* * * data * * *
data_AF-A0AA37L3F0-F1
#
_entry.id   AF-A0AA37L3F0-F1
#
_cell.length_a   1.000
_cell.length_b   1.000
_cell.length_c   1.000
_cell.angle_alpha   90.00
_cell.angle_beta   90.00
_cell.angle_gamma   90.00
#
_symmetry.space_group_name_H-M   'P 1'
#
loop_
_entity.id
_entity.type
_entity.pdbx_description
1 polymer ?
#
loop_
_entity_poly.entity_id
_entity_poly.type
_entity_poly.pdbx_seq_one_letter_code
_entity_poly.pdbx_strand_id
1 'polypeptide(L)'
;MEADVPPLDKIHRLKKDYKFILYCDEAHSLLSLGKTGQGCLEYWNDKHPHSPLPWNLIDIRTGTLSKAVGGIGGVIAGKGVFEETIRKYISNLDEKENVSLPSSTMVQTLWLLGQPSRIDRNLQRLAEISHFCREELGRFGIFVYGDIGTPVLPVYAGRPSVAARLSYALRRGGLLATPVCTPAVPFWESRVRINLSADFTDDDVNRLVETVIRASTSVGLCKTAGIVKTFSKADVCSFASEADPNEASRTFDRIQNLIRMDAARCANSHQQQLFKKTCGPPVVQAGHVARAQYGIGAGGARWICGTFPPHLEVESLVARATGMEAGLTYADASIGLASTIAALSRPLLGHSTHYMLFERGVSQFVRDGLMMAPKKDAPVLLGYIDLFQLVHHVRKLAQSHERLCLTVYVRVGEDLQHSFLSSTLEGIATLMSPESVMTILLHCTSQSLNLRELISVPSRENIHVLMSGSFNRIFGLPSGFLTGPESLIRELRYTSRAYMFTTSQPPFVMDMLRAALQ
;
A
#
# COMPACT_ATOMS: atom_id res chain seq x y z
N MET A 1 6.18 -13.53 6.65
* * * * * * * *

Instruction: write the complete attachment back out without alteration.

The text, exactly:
data_AF-A0AA37L3F0-F1
#
_entry.id   AF-A0AA37L3F0-F1
#
_cell.length_a   1.000
_cell.length_b   1.000
_cell.length_c   1.000
_cell.angle_alpha   90.00
_cell.angle_beta   90.00
_cell.angle_gamma   90.00
#
_symmetry.space_group_name_H-M   'P 1'
#
loop_
_entity.id
_entity.type
_entity.pdbx_description
1 polymer ?
#
loop_
_entity_poly.entity_id
_entity_poly.type
_entity_poly.pdbx_seq_one_letter_code
_entity_poly.pdbx_strand_id
1 'polypeptide(L)'
;MEADVPPLDKIHRLKKDYKFILYCDEAHSLLSLGKTGQGCLEYWNDKHPHSPLPWNLIDIRTGTLSKAVGGIGGVIAGKGVFEETIRKYISNLDEKENVSLPSSTMVQTLWLLGQPSRIDRNLQRLAEISHFCREELGRFGIFVYGDIGTPVLPVYAGRPSVAARLSYALRRGGLLATPVCTPAVPFWESRVRINLSADFTDDDVNRLVETVIRASTSVGLCKTAGIVKTFSKADVCSFASEADPNEASRTFDRIQNLIRMDAARCANSHQQQLFKKTCGPPVVQAGHVARAQYGIGAGGARWICGTFPPHLEVESLVARATGMEAGLTYADASIGLASTIAALSRPLLGHSTHYMLFERGVSQFVRDGLMMAPKKDAPVLLGYIDLFQLVHHVRKLAQSHERLCLTVYVRVGEDLQHSFLSSTLEGIATLMSPESVMTILLHCTSQSLNLRELISVPSRENIHVLMSGSFNRIFGLPSGFLTGPESLIRELRYTSRAYMFTTSQPPFVMDMLRAALQ
;
A
#
# COMPACT_ATOMS: atom_id res chain seq x y z
N MET A 1 6.18 -13.53 6.65